So here I am tipped back in my recliner after eating way too much turkey, stuffing, and a little piece of pumpkin pie with fresh whipped cream daydreaming.
It’s Thanksgiving Day, and it means different things to people in the United States, sometimes lost in the shuffle is that this day was set aside to honor the first giving of thanks by the colonists and Wampanoag Indians at Plymouth in 1621.
There were no football games, sales at malls or on the internet, or incessant yammering on all-news, all-the-time cable channels. It was a simpler time, and these hardy people were just thankful to be alive in this wild and untamed land.
As I was “working off” my meal flipping channels I began to think about all the things we have to be thankful for.
First and foremost are those things that are in our immediate surroundings: a place to live, food in the cupboard, and a wonderful family to share life with. Family is important because without their comforting thoughts and soothing words life would be a lot more difficult to manage.
Then there is the security of knowing we control our success. Success is relative to your own ambition and your ability to translate education and life experiences into some tangible benefit.
Some are successful as small business owners, others as workers in those small businesses, and still others chose to serve their country and fellow citizens in the military or state, federal or local government.
Most of us look at “work” as something to separate from our personal lives; in my experience I spent a lot more of my waking hours with my coworkers than with my family, so choose your work environment carefully, and hopefully you can give thanks for being surrounded by a group of people who you treat with respect and in turn they treat you with respect.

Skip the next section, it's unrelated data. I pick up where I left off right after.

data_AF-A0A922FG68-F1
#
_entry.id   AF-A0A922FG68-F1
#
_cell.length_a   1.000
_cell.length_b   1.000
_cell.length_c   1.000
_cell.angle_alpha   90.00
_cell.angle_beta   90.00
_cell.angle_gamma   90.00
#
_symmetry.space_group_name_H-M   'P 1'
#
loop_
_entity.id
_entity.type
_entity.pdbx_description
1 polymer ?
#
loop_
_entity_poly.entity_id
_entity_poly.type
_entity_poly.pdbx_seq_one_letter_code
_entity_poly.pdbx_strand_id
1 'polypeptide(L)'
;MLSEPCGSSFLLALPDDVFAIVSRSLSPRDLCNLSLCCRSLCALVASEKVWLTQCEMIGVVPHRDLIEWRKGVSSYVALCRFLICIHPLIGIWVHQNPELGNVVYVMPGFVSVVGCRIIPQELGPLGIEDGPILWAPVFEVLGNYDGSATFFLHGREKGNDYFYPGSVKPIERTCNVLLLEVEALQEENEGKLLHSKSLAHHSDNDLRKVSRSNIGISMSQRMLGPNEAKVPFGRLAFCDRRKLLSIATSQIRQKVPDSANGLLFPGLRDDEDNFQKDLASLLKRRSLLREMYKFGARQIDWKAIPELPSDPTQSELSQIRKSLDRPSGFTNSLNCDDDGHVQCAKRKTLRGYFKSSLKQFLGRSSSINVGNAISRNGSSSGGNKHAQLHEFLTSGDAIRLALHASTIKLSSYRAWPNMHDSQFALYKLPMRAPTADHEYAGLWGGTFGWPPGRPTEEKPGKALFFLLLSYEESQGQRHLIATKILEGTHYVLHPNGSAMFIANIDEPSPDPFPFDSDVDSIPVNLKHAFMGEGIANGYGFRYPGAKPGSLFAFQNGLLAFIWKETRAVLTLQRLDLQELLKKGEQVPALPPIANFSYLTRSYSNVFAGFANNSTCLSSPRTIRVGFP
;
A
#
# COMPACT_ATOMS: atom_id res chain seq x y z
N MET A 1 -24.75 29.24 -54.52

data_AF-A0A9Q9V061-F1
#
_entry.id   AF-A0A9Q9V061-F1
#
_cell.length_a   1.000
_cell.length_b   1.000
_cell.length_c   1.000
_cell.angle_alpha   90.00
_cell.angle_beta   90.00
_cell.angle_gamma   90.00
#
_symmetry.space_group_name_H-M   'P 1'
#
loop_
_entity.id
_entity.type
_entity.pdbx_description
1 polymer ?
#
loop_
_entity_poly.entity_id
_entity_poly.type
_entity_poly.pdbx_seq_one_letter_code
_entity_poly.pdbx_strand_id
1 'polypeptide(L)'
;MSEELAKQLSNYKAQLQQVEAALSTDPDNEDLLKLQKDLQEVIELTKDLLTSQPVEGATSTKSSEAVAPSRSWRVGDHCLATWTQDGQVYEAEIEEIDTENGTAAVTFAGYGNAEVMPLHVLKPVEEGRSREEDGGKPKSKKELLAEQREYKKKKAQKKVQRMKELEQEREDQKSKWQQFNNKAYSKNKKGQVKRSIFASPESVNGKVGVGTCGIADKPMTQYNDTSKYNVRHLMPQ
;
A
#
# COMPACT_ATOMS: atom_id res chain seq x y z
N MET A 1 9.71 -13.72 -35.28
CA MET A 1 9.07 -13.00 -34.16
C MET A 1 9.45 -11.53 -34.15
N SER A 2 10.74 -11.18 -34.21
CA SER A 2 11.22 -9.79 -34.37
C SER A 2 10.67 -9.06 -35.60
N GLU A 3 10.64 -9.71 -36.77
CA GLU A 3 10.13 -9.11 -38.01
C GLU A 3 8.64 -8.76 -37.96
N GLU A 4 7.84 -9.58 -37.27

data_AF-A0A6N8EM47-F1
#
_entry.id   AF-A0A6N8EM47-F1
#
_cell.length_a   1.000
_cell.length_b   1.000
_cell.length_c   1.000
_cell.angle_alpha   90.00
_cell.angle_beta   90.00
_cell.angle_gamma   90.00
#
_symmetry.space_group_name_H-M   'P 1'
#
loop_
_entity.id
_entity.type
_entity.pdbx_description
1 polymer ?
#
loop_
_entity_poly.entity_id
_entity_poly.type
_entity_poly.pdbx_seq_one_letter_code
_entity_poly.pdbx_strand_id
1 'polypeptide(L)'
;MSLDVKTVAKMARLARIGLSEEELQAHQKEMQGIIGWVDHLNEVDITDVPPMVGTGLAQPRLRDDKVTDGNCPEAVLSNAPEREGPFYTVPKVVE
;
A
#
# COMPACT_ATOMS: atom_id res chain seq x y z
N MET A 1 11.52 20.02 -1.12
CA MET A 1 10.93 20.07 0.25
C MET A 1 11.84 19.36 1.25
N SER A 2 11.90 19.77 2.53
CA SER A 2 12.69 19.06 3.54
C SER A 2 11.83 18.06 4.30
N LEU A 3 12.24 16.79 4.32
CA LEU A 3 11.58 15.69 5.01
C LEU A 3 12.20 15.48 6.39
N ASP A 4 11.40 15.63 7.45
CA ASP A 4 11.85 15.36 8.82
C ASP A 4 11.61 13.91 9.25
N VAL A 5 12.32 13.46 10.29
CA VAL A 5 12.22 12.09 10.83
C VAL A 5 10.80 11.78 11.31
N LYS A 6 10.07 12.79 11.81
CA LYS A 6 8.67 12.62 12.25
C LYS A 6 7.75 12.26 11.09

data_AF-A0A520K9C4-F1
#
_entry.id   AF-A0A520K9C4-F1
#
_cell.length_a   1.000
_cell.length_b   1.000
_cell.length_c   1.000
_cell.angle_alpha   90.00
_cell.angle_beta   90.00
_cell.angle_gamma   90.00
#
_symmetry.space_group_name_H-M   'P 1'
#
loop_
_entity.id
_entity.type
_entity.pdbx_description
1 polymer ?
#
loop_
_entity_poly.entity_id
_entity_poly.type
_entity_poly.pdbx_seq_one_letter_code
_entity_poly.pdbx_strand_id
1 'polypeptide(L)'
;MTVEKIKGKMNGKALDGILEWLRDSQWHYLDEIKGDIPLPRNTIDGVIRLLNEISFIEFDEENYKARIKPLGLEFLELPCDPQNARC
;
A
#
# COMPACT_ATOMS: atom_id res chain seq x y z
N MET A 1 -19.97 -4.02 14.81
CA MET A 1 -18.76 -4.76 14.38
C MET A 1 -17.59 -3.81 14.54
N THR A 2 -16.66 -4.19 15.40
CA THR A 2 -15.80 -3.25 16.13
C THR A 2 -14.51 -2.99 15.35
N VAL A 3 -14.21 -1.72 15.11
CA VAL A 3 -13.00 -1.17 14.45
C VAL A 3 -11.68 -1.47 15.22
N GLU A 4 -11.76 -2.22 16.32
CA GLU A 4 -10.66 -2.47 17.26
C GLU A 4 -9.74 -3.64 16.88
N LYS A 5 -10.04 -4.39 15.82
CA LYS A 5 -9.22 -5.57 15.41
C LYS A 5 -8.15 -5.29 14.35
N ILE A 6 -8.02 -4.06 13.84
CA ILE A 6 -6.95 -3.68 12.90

Then there is our town; Lompoc is a small community that is somewhat isolated from the outside world. Even though H Street can sometimes be hard to navigate, we still live in a small community.
Although we have some petty criminals in town, mostly people who just can’t seem to adjust to society’s rules of good behavior, we really don’t have a “serious crime problem” like Santa Maria or Santa Barbara.
Instead, we have a vigilant police force who seem to “manage” the criminal element with a precise policing plan and a population that is generally law abiding and respectful of other people.
And even though some properties have fallen into a state of disrepair, our streets are generally free of liter, thanks to the efforts of both residents and the street sweepers who make their rounds methodically through town.
I just wish some people wouldn’t think that they can just toss their fast-food bags out the window when they are done; it’s not only rude, it makes a big mess.
I have met many friendly people as I go on my morning walk around the neighborhood. “Good morning” or “how are you today?” is the common greeting from all ages and ethnic backgrounds. This attitude energizes me for the day ahead and these small greetings are indicative of the general feel of the town. People are helpful and courteous to their neighbors.
Then there is the religious community; there are houses of worship in every corner of town that are filled with love and encouragement throughout the week. I dare say that the positive message of the clergy is what inspires our people to do the good things they do every day.
Lastly there is the weather; where else could you find a climate that is neither very hot nor cold? Some complain about the wind or fog, but when compared to the rest of the nation, we couldn’t ask for better weather.
There is a lot more to be thankful for and I am thankful I live in Lompoc.
— Ron Fink, a Lompoc resident since 1975, is retired from the aerospace industry. He has been following Lompoc politics since 1992, and after serving for 23 years appointed to various Lompoc commissions, retired from public service. The opinions expressed are his own.